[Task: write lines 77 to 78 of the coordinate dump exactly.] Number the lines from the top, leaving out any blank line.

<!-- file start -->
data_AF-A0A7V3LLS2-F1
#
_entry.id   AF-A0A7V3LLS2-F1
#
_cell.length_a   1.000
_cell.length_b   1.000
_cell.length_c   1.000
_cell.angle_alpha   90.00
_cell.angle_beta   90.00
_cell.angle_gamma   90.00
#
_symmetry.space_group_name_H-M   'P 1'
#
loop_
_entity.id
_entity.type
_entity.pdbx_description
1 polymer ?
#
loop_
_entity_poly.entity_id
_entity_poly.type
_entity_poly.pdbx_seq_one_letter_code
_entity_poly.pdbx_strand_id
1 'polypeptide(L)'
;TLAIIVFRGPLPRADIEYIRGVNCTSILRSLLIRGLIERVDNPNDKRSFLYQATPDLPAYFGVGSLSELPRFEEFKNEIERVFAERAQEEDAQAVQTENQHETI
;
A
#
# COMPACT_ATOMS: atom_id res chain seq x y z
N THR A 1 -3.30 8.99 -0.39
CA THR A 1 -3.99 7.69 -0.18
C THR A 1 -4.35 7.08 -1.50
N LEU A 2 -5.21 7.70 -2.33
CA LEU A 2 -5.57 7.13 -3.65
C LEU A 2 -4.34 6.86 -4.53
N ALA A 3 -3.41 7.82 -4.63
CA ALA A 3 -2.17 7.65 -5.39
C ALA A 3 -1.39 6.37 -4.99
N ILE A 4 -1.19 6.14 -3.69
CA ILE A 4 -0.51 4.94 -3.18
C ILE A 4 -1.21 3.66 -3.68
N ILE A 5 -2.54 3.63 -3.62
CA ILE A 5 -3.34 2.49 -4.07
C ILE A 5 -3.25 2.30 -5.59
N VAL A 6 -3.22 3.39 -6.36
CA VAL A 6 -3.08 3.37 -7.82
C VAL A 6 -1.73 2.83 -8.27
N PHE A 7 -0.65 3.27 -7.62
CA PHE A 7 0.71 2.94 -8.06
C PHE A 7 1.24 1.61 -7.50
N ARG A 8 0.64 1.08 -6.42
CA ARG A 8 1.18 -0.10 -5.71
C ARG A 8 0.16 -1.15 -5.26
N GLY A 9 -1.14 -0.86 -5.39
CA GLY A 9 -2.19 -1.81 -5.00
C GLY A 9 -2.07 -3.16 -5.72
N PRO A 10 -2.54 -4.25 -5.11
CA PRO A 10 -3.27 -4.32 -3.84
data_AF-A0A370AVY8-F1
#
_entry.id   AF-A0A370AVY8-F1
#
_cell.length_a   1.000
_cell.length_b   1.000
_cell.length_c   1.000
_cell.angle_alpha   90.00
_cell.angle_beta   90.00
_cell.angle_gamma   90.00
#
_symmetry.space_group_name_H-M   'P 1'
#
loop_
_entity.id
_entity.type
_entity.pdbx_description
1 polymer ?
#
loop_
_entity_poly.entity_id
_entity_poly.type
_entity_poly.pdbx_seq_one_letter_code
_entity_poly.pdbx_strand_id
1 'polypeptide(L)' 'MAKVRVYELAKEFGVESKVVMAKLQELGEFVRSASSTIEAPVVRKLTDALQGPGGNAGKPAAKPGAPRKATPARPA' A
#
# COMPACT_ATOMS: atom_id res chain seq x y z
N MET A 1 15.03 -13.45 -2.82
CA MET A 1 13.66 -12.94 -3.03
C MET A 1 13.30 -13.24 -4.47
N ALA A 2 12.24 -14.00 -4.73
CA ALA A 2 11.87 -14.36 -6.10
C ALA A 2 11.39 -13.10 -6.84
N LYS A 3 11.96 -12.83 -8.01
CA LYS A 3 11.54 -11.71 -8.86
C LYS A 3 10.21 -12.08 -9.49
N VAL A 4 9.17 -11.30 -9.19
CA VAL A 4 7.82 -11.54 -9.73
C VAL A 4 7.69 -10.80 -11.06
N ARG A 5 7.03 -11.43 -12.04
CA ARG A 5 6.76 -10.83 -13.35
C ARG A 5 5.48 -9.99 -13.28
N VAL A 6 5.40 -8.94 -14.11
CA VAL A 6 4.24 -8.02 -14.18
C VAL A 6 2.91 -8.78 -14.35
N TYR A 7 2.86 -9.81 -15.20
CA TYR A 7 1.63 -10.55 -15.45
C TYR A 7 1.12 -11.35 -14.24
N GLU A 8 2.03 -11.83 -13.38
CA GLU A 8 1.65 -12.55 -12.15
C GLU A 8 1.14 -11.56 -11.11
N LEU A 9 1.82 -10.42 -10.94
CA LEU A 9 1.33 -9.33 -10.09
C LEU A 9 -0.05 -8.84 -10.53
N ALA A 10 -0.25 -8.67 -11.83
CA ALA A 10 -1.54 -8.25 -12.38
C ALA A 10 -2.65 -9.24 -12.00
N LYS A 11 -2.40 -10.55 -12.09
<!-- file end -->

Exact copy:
1 polymer ?
#